There are vast resources, and voluminous debates, about what should be shared in the research process, by whom, for whom, and when — and I’m not going to litigate it all here. But there is a growing recognition in (almost) all quarters that simply providing the “final” text of a “publication” is no longer the state of the art in scholarly communication, outside of some very literary genres of scholarship. Sociology is really very far behind other social science disciplines on this. And, partly because of our disciplinary proximity to the scholars who raise objections like those I mentioned above, even those of us who do the kind of work where openness is most normative (like the papers below that included replication packages), can’t move forward with disciplinary policies to improve the situation. ASR is paradigmatic: several communities share this flagship journal, the policies of which are serving some more than others.

What policies should ASA and its journals adopt to be less behind? Here are a few: Adopt TOP badges, like the American Psychological Association has; have their journals actually check the replication code to see that it produces the claimed results, like the American Economic Association does; publish registered reports (peer review before results known), like all experimental sciences are doing; post peer review reports, like Nature journals, PLOS, and many others do. Just a few ideas.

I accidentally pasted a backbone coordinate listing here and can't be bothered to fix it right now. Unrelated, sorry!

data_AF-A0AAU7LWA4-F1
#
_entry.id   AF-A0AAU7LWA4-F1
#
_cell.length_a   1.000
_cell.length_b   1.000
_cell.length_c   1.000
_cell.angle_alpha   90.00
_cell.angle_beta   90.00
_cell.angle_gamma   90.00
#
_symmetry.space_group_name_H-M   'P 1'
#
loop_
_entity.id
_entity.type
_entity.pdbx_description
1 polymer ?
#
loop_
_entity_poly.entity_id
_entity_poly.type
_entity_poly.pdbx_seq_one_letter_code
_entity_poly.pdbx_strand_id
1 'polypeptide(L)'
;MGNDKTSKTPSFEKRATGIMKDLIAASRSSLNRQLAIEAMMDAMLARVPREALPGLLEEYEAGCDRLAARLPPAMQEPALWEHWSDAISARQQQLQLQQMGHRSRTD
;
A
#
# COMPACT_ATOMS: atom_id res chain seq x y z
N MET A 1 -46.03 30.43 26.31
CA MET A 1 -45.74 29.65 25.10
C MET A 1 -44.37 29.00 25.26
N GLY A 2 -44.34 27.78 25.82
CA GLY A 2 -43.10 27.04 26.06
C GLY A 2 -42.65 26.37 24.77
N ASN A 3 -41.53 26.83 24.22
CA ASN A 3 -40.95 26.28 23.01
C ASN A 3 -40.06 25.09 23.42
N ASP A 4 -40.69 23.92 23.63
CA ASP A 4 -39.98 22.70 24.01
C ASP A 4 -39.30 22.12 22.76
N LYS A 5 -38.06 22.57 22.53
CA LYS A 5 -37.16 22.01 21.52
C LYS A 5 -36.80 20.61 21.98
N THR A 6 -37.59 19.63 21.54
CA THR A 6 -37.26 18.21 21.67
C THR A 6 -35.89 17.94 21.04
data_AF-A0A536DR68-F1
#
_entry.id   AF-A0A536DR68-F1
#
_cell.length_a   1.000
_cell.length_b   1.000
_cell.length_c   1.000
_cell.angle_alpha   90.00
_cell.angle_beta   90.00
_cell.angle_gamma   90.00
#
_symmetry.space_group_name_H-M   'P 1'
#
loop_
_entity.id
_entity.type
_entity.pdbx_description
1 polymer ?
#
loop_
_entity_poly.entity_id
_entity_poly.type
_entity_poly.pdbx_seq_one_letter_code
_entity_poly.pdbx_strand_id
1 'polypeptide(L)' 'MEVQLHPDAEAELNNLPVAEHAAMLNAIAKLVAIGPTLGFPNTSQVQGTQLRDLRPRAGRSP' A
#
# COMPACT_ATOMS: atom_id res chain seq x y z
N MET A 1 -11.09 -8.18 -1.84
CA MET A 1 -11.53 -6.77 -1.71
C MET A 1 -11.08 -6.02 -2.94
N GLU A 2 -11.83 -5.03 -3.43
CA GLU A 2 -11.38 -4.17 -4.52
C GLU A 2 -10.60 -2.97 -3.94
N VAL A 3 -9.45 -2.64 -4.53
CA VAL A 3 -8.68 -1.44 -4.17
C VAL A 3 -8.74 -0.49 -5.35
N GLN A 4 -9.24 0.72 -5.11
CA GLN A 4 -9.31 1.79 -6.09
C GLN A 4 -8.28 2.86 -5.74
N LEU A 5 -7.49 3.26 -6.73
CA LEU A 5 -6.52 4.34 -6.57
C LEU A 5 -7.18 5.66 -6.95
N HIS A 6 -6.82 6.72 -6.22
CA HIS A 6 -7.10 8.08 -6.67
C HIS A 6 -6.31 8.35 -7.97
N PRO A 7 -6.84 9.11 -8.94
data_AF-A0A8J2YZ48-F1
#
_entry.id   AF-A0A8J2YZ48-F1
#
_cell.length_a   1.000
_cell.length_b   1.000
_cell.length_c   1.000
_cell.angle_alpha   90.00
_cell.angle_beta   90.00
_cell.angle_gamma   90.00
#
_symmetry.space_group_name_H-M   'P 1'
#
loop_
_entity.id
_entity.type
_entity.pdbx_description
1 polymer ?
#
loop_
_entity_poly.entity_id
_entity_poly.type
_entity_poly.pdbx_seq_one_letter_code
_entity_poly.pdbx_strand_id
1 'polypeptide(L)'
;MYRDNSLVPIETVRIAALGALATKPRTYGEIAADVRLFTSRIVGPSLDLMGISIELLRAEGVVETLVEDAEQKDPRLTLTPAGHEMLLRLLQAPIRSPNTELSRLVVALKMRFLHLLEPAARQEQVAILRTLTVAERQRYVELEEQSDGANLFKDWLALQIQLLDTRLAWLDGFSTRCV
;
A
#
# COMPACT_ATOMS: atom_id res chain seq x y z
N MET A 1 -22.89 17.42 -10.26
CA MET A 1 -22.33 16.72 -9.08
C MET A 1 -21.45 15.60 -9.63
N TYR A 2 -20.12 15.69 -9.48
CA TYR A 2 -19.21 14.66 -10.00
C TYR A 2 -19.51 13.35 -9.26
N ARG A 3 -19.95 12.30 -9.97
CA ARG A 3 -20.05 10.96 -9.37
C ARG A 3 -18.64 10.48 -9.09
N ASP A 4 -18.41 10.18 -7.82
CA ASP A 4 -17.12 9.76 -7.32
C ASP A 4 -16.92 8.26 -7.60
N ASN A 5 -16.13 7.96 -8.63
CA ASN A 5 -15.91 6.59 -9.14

Change is hard. Even if we could agree on the direction of change. Brian Nosek, director of the Center for Open Science (COS), likes to share this pyramid, which illustrates their “strategy for culture and behavior change” toward transparency and reproducibility. The technology has improved so that the lowest two levels of the pyramid are pretty well taken care of. For example, you can easily put research materials on COS’s Open Science Framework (with versioning, linking to various cloud services, and collaboration tools), post your preprint on SocArXiv (which I direct), and share them with the world in a few moments, for free. Other services are similar. The next levels are harder, and that’s where we in sociology are currently stuck.

COS_Culture_and_Behavior_Change_model.width-500 1

For some how-to reading, consider, Transparent and Reproducible Social Science Research: How to Do Open Science, by Garret Christensen, Jeremy Freese, and Edward Miguel (or this Annual Review piece on replication specifically). For an introduction to Scholarly Communication in Sociology, try my report with that title. Please feel free to post other suggestions in the comments.


Four 2020 issues of American Sociological Review

ReferenceQuant/QualData typeData available?Code available?Note
Faber, Jacob W. 2020. “We Built This: Consequences of New Deal Era Intervention in America’s Racial Geography.” American Sociological Review 85 (5): 739–75.QuantCensus+NoNo
Brown, Hana E. 2020. “Who Is an Indian Child? Institutional Context, Tribal Sovereignty, and Race-Making in Fragmented States.” American Sociological Review 85 (5): 776–805. QualArchivalNoNo
Daminger, Allison. 2020. “De-Gendered Processes, Gendered Outcomes: How Egalitarian Couples Make Sense of Non-Egalitarian Household Practices.” American Sociological Review 85 (5): 806–29. QualInterviewsNoNo